Some photographs taken in France | Review
Some Photographs Taken in France celebrates the first hundred years of French photography. The exhibition is currently on display at The Diemar/Noble, a photography gallery in central London.
As the name suggests, the pictures were all taken in France, but that is about all that they have in common. The eclectic mix covers a variety of genres – from still life and arts to portraits and amateur snaps.
One of the most provocative items is probably the series where French artist Henri de Toulouse-Lautrec is pictured defecating at the beach at Le Crotoy in 1898. The artist is famous for his Moulin Rouge posters and the photos were taken by his friend and art dealer Maurice Loyant.
Another photo shows strike action at the Citroën car factory in 1938. The woman in focus is called Rose Zehner and the image is shot by Willy Ronis. It is a strong composition that showcases the powerful working class.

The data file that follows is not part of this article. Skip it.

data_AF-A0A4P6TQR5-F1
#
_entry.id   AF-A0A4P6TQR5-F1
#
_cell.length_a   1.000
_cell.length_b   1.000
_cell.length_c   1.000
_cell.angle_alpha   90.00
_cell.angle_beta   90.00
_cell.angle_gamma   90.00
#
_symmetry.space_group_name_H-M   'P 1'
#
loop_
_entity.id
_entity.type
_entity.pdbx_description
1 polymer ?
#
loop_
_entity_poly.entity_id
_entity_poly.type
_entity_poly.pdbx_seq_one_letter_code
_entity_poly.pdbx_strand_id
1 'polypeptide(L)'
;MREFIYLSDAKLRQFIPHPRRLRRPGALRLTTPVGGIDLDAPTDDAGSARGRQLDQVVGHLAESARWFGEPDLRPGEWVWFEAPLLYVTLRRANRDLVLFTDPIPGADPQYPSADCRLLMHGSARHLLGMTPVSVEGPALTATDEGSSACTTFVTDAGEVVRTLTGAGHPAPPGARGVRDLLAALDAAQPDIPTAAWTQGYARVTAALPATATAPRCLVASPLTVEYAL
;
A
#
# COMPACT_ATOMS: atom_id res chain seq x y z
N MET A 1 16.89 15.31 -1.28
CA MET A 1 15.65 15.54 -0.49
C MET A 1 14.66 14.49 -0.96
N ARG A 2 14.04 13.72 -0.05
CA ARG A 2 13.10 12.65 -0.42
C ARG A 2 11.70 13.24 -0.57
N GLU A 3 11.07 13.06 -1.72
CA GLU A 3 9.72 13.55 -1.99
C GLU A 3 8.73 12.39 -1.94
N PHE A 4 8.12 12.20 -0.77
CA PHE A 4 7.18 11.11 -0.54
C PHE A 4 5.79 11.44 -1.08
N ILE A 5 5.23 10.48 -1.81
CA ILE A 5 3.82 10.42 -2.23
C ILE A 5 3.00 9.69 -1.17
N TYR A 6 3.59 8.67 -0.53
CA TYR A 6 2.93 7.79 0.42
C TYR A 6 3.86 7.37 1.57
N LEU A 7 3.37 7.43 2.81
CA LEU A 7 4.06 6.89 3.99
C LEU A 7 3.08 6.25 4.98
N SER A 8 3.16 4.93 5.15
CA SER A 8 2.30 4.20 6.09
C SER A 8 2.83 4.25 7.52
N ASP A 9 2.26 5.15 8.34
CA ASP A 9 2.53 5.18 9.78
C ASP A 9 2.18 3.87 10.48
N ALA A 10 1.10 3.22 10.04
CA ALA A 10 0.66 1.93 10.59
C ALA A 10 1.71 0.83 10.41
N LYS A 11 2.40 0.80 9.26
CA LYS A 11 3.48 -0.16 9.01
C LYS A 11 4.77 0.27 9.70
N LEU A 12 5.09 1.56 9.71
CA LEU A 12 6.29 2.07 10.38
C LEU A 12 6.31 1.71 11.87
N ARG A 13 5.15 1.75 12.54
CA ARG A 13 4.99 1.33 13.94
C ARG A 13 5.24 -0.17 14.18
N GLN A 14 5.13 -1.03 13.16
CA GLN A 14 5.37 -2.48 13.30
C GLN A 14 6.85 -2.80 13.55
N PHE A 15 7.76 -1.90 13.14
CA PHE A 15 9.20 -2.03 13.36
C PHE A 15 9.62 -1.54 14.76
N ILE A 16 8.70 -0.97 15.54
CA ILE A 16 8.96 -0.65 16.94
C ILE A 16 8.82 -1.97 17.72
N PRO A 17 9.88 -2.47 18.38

Other photographers on show include Henri-Cartier Bresson, Gustave Le Gray and Jacques-Henri Lartigue.
The French connection
The exhibition provides a glimpse of life in France, from the late 1850s and the following century, while also illustrating the photographic development during that period. The photos show a wide range of different techniques including prints, wax paper negatives and silver gelatin prints.
You probably won’t need more than 20 minutes to walk around the small gallery, located in Fitzrovia, but it’s an interesting collection for anyone with a passion for French history and photography. The free exhibition is curated by Michael Diemar and is open until July 16.